>>
    >>
    >>> Hi all,
    >>>
    >>> I am developing some software, that creates a tree of information.
    >>> For each node, currently I am overriding the new operator, because it
    >>> is a requirement that after initialization, no new memory may be
    >>> allocated.
    >>>
    >>> It also needs to be thread safe, and each thread has a context, so
    >>> any allocation of nodes currently looks like this:
    >>>
    >>> new (context) Node(...);
    >>>
    >>> My allocator uses the context to keep memory from different threads
    >>> safe.
    >>>
    >>> I want to use STL, and write a custom allocator template for passing
    >>> to the STL containers (map and vector specifically).
    >>>
    >>> The only problem, is that I need to figure out a way to have the STL
    >>> use the context as well, when it calls the allocator. I cant figure
    >>> out a way to tell the custom STL allocator to have a custom parameter
    >>> stored in the class before container initialization.
    >>>
    >>> Any ideas?

    >>
    >>
    >>
    >> template <class T>
    >> class myallocator
    >> {
    >> Context m_context;
    >> public:
    >> //allocator typedefs
    >>
    >> template <class U>
    >> struct rebind
    >> {
    >> typedef myallocator<U> other;
    >> };
    >>
    >> myallocator(Context const& context) :m_context(context)
    >> {
    >> }
    >>
    >> template <class U>
    >> myallocator(myallocator<U> const& other)
    >> :m_context(other.m_context)
    >> {
    >> }
    >>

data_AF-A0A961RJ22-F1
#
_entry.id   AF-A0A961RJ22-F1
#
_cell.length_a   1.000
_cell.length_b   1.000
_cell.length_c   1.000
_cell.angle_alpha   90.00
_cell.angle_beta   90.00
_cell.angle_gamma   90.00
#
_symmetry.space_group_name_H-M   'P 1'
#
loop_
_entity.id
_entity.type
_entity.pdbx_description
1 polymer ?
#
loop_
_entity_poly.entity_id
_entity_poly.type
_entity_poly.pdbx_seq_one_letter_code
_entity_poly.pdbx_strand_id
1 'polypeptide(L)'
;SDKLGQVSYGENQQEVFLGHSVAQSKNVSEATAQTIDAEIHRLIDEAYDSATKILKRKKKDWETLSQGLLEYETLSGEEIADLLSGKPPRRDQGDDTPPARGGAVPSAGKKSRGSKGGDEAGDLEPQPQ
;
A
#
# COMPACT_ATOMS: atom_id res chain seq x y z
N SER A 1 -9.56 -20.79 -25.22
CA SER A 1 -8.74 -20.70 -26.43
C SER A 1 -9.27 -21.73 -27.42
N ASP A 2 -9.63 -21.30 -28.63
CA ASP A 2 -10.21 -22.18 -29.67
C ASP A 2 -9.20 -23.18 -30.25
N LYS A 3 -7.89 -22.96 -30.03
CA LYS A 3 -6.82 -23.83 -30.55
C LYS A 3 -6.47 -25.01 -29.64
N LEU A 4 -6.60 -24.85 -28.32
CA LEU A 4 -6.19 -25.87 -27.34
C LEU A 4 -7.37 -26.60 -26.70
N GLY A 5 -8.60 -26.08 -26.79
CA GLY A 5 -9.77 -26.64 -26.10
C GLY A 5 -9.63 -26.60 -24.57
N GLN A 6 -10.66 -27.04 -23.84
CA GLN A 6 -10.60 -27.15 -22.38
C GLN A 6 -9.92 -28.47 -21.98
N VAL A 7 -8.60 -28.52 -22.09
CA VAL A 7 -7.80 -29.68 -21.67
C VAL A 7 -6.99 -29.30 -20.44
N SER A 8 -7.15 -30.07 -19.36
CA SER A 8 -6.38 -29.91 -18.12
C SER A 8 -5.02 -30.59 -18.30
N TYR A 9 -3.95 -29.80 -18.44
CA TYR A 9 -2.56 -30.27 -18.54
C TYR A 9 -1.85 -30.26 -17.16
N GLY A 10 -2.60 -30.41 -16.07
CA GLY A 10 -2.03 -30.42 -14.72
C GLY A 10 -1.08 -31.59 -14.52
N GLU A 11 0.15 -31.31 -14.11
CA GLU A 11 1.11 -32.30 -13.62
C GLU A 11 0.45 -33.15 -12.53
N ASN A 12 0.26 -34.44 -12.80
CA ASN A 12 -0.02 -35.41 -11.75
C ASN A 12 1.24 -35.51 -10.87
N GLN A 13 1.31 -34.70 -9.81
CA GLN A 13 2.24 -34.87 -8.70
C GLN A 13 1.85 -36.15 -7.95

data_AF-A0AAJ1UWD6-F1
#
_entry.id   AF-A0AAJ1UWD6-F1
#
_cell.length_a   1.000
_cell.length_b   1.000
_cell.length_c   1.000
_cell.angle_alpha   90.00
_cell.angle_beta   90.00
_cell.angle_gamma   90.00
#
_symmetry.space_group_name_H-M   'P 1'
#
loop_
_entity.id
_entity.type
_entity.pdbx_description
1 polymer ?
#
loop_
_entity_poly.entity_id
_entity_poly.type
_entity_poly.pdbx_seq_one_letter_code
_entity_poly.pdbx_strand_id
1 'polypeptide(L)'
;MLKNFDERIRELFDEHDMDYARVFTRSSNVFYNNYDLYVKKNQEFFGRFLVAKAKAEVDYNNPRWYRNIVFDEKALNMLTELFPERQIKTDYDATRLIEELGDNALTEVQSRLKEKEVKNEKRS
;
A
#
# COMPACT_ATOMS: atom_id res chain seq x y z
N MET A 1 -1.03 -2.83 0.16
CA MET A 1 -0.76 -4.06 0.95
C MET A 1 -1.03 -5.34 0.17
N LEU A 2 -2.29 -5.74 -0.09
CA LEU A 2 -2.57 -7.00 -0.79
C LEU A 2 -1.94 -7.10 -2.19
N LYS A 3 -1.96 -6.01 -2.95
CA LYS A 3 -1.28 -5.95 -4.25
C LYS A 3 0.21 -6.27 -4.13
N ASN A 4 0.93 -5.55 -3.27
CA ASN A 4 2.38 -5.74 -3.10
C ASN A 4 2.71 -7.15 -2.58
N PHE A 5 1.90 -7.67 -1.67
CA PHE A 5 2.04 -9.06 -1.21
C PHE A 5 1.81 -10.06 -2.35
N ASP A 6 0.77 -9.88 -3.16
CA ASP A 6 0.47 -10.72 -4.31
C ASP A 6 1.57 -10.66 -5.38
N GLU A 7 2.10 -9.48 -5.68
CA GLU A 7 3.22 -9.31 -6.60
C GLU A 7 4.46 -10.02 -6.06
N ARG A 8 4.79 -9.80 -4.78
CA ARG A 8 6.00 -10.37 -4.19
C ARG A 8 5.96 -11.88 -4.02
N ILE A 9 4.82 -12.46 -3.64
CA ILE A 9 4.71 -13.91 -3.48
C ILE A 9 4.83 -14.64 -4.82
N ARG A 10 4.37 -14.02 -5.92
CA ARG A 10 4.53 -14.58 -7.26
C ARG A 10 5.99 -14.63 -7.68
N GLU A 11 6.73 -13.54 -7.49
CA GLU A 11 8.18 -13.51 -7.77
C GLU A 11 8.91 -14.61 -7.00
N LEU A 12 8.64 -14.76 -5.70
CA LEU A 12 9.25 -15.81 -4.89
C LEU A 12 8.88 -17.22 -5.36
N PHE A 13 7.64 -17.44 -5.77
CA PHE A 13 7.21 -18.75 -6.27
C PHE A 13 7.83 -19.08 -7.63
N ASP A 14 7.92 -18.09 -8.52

>> template <class U>
    >> myallocator& operator=(myallocator<U> const& other)
    >> {
    >> m_context = other.m_context;
    >> return *this;
    >> }
    >>
    >> T* allocate(size_type n, void* hint = 0)
    >> { return ::eek:perator new(n * sizeof(T), m_context);
    >> }
    >>
    >> //etc.
    >> };
    >>
    >> Tom
    >>
    >> C++ FAQ: http://www.parashift.com/c -faq-lite/
    >> C FAQ: http://www.eskimo.com/~scs/C-faq/top.html

    >
    >
    > Thanks for the info... I is very useful. The only question I have: How
    > does m_context ever get set?
    >
    > Lets say I use a list of ints:
    >
    > std::list<int, myallocator<int>> myList;
    >
    > How do I get the context information in to the container's copy of the
    > allocator?
    >
    > Thanks a lot,
    > Brian
    >


    Ok, I figured it out:

    std::list<int, my_allocator<int> > myList(my_allocator<int>(context));

    Thanks,
    Brian
     
    Brian Genisio, Jan 12, 2004
    #5
  6. "tom_usenet" <> wrote in message
    news:...
    > On Mon, 12 Jan 2004 12:25:22 -0500, Brian Genisio
    > <> wrote:
    >
    > >Hi all,
    > >
    > >I am developing some software, that creates a tree of information. For
    > >each node, currently I am overriding the new operator, because it is a
    > >requirement that after initialization, no new memory may be allocated.
    > >
    > >It also needs to be thread safe, and each thread has a context, so any
    > >allocation of nodes currently looks like this:
    > >
    > >new (context) Node(...);
    > >
    > >My allocator uses the context to keep memory from different threads safe.
    > >
    > >I want to use STL, and write a custom allocator template for passing to
    > >the STL containers (map and vector specifically).
    > >
    > >The only problem, is that I need to figure out a way to have the STL use
    > >the context as well, when it calls the allocator. I cant figure out a
    > >way to tell the custom STL allocator to have a custom parameter stored
    > >in the class before container initialization.
    > >
    > >Any ideas?

    >
    > template <class T>
    > class myallocator
    > {
    > Context m_context;
    > public:
    > //allocator typedefs
    >
    > template <class U>
    > struct rebind
    > {
    > typedef myallocator<U> other;
    > };
    >
    > myallocator(Context const& context)
    > :m_context(context)
    > {
    > }


    unfortunately the standard (20.1.5 para 4) says that implementations of